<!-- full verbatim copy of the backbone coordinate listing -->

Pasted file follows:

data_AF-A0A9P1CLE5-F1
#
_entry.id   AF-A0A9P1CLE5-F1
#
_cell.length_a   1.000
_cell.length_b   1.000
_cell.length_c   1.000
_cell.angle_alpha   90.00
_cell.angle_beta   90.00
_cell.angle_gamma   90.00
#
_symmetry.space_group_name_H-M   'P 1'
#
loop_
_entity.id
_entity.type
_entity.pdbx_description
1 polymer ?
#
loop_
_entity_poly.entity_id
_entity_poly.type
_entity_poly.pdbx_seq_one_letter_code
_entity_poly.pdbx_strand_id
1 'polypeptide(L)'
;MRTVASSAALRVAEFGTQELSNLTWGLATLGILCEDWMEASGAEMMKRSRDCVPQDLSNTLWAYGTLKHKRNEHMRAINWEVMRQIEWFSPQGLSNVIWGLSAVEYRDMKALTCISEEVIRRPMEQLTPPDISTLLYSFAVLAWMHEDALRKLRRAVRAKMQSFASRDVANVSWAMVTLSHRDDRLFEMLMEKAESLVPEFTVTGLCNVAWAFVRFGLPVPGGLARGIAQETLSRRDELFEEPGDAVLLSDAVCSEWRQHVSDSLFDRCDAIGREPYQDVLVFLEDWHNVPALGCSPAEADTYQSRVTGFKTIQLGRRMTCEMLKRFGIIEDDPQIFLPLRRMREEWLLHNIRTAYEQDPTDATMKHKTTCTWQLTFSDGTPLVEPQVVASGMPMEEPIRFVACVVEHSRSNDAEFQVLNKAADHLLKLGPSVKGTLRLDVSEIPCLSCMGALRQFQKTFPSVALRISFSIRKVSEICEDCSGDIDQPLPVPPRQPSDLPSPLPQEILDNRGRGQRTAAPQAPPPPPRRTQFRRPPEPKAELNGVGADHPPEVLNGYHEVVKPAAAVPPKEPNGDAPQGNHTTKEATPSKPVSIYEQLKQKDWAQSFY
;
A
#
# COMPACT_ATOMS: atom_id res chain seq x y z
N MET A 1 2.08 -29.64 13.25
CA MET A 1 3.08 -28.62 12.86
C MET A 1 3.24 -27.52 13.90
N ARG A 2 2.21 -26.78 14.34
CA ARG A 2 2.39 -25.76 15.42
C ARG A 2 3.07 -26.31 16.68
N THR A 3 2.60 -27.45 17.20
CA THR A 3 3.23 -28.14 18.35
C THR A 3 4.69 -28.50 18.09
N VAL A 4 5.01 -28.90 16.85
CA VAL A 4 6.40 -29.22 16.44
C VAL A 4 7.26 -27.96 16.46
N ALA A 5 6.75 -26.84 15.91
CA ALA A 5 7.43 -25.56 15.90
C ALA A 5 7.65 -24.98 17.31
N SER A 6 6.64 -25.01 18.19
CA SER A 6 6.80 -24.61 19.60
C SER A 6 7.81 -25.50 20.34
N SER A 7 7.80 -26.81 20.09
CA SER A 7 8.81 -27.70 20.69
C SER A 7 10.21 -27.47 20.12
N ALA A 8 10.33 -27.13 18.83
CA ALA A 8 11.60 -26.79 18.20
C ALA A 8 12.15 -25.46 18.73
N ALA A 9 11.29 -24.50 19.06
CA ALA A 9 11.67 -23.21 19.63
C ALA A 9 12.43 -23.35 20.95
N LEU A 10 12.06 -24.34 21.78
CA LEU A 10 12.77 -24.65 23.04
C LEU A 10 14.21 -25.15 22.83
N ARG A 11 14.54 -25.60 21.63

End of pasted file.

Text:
data_AF-A0A9P1CLE5-F1
#
_entry.id   AF-A0A9P1CLE5-F1
#
_cell.length_a   1.000
_cell.length_b   1.000
_cell.length_c   1.000
_cell.angle_alpha   90.00
_cell.angle_beta   90.00
_cell.angle_gamma   90.00
#
_symmetry.space_group_name_H-M   'P 1'
#
loop_
_entity.id
_entity.type
_entity.pdbx_description
1 polymer ?
#
loop_
_entity_poly.entity_id
_entity_poly.type
_entity_poly.pdbx_seq_one_letter_code
_entity_poly.pdbx_strand_id
1 'polypeptide(L)'
;MRTVASSAALRVAEFGTQELSNLTWGLATLGILCEDWMEASGAEMMKRSRDCVPQDLSNTLWAYGTLKHKRNEHMRAINWEVMRQIEWFSPQGLSNVIWGLSAVEYRDMKALTCISEEVIRRPMEQLTPPDISTLLYSFAVLAWMHEDALRKLRRAVRAKMQSFASRDVANVSWAMVTLSHRDDRLFEMLMEKAESLVPEFTVTGLCNVAWAFVRFGLPVPGGLARGIAQETLSRRDELFEEPGDAVLLSDAVCSEWRQHVSDSLFDRCDAIGREPYQDVLVFLEDWHNVPALGCSPAEADTYQSRVTGFKTIQLGRRMTCEMLKRFGIIEDDPQIFLPLRRMREEWLLHNIRTAYEQDPTDATMKHKTTCTWQLTFSDGTPLVEPQVVASGMPMEEPIRFVACVVEHSRSNDAEFQVLNKAADHLLKLGPSVKGTLRLDVSEIPCLSCMGALRQFQKTFPSVALRISFSIRKVSEICEDCSGDIDQPLPVPPRQPSDLPSPLPQEILDNRGRGQRTAAPQAPPPPPRRTQFRRPPEPKAELNGVGADHPPEVLNGYHEVVKPAAAVPPKEPNGDAPQGNHTTKEATPSKPVSIYEQLKQKDWAQSFY
;
A
#
# COMPACT_ATOMS: atom_id res chain seq x y z
N MET A 1 2.08 -29.64 13.25
CA MET A 1 3.08 -28.62 12.86
C MET A 1 3.24 -27.52 13.90
N ARG A 2 2.21 -26.78 14.34
CA ARG A 2 2.39 -25.76 15.42
C ARG A 2 3.07 -26.31 16.68
N THR A 3 2.60 -27.45 17.20
CA THR A 3 3.23 -28.14 18.35
C THR A 3 4.69 -28.50 18.09
N VAL A 4 5.01 -28.90 16.85
CA VAL A 4 6.40 -29.22 16.44
C VAL A 4 7.26 -27.96 16.46
N ALA A 5 6.75 -26.84 15.91
CA ALA A 5 7.43 -25.56 15.90
C ALA A 5 7.65 -24.98 17.31
N SER A 6 6.64 -25.01 18.19
CA SER A 6 6.80 -24.61 19.60
C SER A 6 7.81 -25.50 20.34
N SER A 7 7.80 -26.81 20.09
CA SER A 7 8.81 -27.70 20.69
C SER A 7 10.21 -27.47 20.12
N ALA A 8 10.33 -27.13 18.83
CA ALA A 8 11.60 -26.79 18.20
C ALA A 8 12.15 -25.46 18.73
N ALA A 9 11.29 -24.50 19.06
CA ALA A 9 11.67 -23.21 19.63
C ALA A 9 12.43 -23.35 20.95
N LEU A 10 12.06 -24.34 21.78
CA LEU A 10 12.77 -24.65 23.04
C LEU A 10 14.21 -25.15 22.83
N ARG A 11 14.54 -25.60 21.63